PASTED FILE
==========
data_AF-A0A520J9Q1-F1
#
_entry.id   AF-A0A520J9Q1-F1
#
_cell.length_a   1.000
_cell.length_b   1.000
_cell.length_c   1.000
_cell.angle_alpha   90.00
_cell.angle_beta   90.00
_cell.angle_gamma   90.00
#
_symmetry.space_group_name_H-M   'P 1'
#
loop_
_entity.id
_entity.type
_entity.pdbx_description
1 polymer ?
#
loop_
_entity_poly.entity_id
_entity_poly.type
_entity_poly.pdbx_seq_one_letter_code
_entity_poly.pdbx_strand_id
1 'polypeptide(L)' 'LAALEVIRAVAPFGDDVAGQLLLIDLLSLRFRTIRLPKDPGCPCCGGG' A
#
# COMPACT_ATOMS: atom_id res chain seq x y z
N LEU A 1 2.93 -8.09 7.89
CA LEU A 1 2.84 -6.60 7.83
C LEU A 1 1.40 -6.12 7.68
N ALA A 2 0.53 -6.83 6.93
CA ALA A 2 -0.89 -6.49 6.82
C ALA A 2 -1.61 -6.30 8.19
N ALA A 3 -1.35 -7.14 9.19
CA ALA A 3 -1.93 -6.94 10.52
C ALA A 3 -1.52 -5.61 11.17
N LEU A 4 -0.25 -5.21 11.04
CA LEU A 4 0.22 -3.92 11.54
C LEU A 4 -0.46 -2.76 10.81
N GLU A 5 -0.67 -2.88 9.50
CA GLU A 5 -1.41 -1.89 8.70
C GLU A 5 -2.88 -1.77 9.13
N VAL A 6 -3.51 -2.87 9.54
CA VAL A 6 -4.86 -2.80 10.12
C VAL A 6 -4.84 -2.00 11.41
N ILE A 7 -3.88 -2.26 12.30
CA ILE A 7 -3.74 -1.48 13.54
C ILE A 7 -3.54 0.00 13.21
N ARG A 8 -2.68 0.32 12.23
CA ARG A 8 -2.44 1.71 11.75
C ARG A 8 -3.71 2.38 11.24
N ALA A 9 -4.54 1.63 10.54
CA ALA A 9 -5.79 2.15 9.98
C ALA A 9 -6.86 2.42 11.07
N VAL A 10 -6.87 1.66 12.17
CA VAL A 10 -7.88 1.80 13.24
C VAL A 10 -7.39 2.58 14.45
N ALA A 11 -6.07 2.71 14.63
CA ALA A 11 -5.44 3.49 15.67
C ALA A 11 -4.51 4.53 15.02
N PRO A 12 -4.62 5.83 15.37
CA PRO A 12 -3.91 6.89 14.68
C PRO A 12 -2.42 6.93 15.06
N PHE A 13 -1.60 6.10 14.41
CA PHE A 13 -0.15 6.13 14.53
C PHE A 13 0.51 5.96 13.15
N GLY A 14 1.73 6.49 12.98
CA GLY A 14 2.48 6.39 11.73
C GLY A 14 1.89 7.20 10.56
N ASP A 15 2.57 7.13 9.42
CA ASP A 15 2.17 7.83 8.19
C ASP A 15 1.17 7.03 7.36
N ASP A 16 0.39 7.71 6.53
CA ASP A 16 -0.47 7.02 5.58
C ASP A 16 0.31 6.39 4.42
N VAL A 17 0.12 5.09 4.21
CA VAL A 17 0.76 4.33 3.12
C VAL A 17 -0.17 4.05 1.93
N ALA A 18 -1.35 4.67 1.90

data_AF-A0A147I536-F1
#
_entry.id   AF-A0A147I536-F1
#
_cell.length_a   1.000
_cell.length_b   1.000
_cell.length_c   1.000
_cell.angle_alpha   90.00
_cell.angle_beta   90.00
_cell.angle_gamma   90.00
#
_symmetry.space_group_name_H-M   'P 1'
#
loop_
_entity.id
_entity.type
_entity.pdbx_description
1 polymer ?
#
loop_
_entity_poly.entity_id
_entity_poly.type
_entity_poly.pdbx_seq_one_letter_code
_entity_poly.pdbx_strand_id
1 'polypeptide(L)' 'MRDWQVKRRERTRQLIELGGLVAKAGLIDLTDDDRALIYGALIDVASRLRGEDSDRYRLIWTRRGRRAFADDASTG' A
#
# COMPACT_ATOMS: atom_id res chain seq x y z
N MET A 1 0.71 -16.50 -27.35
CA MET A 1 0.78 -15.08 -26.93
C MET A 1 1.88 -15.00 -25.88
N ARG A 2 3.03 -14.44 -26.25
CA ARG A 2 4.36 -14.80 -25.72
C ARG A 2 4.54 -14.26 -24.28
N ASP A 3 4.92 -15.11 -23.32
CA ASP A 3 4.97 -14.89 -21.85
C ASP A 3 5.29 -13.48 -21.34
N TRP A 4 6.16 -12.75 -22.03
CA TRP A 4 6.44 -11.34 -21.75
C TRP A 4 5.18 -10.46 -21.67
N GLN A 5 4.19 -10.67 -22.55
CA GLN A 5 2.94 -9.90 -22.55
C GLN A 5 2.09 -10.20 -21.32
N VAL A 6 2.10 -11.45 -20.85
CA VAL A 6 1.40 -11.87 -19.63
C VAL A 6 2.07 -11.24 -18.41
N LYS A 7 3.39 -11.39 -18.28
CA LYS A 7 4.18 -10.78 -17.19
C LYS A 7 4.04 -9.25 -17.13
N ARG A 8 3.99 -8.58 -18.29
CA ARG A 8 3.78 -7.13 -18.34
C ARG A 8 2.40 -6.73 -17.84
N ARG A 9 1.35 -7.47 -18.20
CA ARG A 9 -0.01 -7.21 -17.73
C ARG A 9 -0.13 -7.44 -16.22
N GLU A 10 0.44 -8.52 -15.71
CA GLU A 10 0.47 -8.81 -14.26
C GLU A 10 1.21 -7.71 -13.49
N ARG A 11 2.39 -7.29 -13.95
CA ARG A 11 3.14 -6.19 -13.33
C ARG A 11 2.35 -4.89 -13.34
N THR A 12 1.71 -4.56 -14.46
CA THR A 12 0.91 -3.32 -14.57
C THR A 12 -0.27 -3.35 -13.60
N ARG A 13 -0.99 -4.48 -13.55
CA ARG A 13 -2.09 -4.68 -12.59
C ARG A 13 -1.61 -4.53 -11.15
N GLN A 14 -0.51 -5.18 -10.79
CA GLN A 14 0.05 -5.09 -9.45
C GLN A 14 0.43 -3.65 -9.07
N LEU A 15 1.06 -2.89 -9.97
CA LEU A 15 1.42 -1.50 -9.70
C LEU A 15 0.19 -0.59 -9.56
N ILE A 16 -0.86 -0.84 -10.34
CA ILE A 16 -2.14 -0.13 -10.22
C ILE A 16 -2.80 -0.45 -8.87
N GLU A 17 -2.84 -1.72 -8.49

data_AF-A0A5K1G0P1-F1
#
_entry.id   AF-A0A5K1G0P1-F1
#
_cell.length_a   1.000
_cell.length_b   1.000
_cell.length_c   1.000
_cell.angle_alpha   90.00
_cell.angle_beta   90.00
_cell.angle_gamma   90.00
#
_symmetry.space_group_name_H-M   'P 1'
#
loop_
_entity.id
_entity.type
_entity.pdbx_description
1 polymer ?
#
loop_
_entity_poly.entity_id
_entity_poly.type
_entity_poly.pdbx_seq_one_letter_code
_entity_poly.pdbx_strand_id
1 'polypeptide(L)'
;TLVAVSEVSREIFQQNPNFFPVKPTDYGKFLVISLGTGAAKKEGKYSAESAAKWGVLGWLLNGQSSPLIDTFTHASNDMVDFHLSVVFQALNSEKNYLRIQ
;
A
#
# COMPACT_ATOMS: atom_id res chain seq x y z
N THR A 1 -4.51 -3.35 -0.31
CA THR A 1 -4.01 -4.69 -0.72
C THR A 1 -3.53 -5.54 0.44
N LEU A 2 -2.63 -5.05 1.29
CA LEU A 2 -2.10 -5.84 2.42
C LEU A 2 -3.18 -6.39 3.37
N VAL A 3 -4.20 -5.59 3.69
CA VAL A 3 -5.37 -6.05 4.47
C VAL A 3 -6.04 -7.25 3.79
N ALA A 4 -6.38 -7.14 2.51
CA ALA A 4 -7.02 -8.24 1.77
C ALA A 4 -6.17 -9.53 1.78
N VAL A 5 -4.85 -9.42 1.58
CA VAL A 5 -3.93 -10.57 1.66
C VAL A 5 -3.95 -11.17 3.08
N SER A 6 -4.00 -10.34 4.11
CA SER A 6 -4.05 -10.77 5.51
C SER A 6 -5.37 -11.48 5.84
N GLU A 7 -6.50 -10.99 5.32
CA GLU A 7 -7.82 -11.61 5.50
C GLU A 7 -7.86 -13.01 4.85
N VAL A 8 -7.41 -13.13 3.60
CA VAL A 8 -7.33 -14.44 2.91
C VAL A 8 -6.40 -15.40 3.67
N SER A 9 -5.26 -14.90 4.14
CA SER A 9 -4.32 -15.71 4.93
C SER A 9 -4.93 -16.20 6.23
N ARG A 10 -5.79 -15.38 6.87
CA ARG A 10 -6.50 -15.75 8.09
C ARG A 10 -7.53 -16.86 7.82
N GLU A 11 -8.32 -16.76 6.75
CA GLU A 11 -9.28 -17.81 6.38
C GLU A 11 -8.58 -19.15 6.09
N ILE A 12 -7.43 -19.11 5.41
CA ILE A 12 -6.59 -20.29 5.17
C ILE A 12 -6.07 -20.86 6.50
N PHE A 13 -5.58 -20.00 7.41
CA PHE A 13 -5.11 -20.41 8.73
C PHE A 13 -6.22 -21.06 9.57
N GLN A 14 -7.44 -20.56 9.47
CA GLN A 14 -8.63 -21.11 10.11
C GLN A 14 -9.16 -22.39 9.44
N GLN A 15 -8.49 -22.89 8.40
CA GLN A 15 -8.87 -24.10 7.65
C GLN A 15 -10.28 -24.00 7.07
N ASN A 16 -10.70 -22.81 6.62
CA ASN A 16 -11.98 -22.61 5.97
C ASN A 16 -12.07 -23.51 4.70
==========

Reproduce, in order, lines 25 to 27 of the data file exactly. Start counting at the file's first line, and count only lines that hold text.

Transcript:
1 'polypeptide(L)' 'LAALEVIRAVAPFGDDVAGQLLLIDLLSLRFRTIRLPKDPGCPCCGGG' A
#
# COMPACT_ATOMS: atom_id res chain seq x y z